03 February 2011

Clara Engel Answers 5

I remember when I first discovered music I loved; I locked myself in my room, listening to same records over and over again. And till this day, years later, I know just how much I love certain music by my compulsive need to dim down the lights and place iTunes on continual repeat. That is exactly what happened when I came across the music of Clara Engel. Circumstances conspired to delay my writing about her discography (link), but part of the delay was also my compulsive need to listen to the songs again and again. I personally am counting down the days till I get to see her perform in New York City (show dates below); in the mean time, I knew I had to ask her a few questions. After reading her responses, it made my connection to her music even deeper. My personal thanks to Clara Engel for taking the time to Answer 5.

Clara Engel / Photographer: Jen Hall

1. Who are your musical and non-musical influences?

Off the top of my head…Robert Johnson, Jacques Brel, Violette Leduc, Fatih Akin, Arvo Part, Dirty Three, Derek Jarman, Diamanda Galas, Captain Beefheart, R.D. Laing. It’s difficult for me to articulate the way I feel about my favorite songs, poems, films. I don’t think to myself “this is my favorite song…” It’s a more gripping overwhelming feeling, like I can feel a still-burning shard of the artist’s life force trapped in the work.

2. When we listen to a "Clara Engel" song, are we hearing a part of you? Or do you write from outside of yourself? Where does the inspiration come from?

I can’t get away from the fact that I’m a singer and my voice comes from inside me. Singing is maybe the most personal art form in that way. You can hear the artist’s breath in the work itself. No other art form is as elemental. Singing is made of breath, so is life.

There are shards of autobiography in my work. I write from inside and outside of myself, usually at the same time. My work is definitely not a literal diary. As I age, I go through more and more experiences for which I have no words. Adults lock into routines and speak mostly in clichés and jargon. I see that as a life-navigation mode, it has its function. But most adults are bad poets when they consciously decide to write poetry. I’m unhappy when I lock into a rigid thought pattern or way of being for too long. I’m reading this book ‘Miracles’ – an anthology of poetry by children. It’s amazing. It reminds me of how I am always trying to forget how I write songs, so that I can learn all over again every time.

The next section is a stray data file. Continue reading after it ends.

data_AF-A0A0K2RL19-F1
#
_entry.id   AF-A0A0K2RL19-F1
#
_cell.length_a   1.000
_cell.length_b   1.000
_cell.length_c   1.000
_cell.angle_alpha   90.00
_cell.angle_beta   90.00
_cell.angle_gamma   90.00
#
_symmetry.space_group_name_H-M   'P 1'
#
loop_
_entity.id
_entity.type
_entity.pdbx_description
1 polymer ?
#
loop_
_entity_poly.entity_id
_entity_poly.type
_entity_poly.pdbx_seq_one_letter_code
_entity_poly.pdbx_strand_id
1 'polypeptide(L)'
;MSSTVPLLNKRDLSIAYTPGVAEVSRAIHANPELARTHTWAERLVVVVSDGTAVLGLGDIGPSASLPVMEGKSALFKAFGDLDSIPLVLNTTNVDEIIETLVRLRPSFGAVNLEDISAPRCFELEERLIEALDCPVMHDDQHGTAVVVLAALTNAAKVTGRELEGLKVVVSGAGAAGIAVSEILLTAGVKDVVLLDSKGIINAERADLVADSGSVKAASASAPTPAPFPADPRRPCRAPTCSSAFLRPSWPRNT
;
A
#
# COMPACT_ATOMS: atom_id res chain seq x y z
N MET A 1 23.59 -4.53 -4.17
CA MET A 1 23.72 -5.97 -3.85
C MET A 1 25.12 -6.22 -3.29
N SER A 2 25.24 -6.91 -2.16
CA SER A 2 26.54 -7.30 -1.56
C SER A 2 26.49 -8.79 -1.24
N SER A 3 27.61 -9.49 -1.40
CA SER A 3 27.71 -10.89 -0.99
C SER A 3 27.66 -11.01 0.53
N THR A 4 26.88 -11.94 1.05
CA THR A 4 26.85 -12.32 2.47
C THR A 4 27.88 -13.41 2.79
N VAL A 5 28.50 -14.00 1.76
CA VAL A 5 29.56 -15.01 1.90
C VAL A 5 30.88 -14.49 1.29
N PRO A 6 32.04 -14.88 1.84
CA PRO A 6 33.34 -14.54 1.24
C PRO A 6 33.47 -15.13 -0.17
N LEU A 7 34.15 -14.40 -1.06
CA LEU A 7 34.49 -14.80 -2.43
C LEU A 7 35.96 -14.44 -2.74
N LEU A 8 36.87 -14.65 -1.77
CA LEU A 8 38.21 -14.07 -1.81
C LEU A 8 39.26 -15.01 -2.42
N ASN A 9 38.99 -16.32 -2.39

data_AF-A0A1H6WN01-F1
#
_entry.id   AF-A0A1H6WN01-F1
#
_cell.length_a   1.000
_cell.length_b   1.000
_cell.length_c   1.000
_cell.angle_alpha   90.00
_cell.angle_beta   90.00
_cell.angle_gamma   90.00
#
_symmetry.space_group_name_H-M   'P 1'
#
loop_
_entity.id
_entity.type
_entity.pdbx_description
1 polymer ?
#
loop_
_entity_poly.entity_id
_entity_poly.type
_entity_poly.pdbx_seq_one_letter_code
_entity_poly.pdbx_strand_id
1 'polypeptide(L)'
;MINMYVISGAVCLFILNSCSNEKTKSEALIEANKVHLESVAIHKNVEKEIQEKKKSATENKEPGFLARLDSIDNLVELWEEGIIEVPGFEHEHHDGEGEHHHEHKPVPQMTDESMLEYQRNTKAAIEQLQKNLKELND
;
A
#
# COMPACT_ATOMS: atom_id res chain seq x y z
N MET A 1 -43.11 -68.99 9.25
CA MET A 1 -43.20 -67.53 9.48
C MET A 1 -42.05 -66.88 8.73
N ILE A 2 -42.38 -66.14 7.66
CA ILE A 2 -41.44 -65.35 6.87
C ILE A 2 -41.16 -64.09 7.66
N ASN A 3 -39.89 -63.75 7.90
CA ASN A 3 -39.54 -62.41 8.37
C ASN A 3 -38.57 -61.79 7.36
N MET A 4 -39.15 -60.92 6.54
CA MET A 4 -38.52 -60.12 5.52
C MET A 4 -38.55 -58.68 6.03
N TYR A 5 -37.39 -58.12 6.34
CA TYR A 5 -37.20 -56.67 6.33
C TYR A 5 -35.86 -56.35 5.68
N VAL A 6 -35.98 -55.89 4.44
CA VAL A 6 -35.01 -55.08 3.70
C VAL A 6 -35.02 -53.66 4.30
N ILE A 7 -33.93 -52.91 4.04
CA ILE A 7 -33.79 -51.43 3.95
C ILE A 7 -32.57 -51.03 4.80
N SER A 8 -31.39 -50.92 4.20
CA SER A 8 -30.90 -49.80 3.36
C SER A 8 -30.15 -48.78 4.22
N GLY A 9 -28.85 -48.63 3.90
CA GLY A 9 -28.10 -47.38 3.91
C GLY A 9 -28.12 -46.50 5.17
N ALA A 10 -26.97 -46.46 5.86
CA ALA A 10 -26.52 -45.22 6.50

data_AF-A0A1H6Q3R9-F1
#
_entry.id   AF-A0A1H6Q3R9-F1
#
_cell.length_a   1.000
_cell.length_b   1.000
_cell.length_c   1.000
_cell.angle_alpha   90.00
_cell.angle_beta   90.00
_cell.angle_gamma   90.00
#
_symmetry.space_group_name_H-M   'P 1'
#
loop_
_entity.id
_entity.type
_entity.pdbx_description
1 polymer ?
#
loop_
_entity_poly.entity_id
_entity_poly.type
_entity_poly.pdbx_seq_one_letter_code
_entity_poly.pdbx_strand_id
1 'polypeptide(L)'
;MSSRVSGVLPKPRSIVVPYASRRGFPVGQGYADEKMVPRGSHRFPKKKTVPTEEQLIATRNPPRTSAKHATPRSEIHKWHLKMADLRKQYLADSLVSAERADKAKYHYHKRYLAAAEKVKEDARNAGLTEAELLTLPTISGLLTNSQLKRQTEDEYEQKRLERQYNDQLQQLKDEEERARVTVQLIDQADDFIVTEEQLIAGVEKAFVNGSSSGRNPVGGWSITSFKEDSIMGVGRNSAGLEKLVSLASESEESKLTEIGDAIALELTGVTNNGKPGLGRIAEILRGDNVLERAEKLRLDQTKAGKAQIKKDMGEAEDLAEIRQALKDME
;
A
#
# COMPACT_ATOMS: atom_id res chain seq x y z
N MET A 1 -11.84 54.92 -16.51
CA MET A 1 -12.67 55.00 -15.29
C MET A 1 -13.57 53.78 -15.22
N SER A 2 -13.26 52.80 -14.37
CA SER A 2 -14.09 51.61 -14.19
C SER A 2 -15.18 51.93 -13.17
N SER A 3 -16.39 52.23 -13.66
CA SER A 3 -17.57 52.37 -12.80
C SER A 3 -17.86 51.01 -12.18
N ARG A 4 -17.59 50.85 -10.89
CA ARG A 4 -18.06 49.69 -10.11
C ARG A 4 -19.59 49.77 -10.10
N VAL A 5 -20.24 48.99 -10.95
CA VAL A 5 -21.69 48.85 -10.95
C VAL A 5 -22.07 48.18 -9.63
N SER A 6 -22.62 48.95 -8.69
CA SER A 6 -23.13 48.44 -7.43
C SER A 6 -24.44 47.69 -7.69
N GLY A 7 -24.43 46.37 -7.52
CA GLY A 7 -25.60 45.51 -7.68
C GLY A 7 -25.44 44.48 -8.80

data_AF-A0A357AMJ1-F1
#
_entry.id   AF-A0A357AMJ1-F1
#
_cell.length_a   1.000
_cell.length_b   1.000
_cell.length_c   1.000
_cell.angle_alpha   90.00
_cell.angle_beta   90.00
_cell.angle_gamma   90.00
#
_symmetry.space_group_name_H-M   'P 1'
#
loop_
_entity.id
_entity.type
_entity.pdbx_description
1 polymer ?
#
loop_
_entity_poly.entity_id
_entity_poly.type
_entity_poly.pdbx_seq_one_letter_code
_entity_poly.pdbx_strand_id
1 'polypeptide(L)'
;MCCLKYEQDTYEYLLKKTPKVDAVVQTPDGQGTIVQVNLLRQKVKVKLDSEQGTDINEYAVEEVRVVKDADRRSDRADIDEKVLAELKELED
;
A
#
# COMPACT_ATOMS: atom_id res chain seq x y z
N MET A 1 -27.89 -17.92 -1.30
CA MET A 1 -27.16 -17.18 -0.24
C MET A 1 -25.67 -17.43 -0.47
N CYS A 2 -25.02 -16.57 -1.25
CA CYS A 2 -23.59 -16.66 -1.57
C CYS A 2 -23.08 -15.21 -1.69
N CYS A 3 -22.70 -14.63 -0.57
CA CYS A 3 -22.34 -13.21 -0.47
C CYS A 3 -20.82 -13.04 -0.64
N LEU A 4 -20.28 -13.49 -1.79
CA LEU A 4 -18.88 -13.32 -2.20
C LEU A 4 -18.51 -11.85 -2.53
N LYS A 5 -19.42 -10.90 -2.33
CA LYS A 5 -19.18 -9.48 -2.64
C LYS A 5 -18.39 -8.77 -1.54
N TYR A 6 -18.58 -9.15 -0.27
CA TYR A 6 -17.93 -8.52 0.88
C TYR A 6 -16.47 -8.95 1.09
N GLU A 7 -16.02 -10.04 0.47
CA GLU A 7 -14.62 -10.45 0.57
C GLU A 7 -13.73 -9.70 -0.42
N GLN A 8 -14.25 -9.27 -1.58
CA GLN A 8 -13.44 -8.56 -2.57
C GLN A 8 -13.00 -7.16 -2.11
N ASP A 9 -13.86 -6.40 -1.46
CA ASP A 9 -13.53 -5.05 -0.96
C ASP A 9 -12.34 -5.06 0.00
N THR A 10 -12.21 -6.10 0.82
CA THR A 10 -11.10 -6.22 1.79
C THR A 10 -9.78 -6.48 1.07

Inspiration – honestly, I don’t know what that is. I don’t know if I’ve ever been inspired. Receptivity is the issue. When I am in a receptive state I can write, whether or not I’m inspired. I try to cultivate a receptive state, and then I make do with what’s there.

3. Your work is more than just music. For instance, the cover of "Jump of Flame" is reminiscent of Commedia Dell'Arte; your songs often have the feel of soliloquy/monologue; your lyrics are poetry, full of metaphors and poetic grandiosity, set to music. When you sit down to compose and create, are all of these facets of music something that you consciously bring into the process, or are these facets something that develops in the process?

I don’t really sit down to do it, (although I sometimes happen to be sitting down while I’m singing and writing), it’s just part of my basic way of being in the world. I sleep, eat, make music.

I’m either incapable of, or at a deep level unwilling to analyze, my process. It’s my safe space, my sanctuary, that’s how I feel about the place I go to in order to write. The poet Jeremy Reed would call it inner space. I listen to a lot of music and read a lot, and I exist in the world. I find real life itself to be terrifying, exciting, pleasurable, unbearable. Put all those practices and feelings together, add fresh air, brisk exercise, sufficient solitude, and commitment to a musical practice. That is how my songs are born. I water them and tend to them, like a garden. But trying to figure out how or why they come to be would be like talking to flowers and vegetables, and expecting them to answer me. I trust in my process, I enjoy it, and I respect its mystery.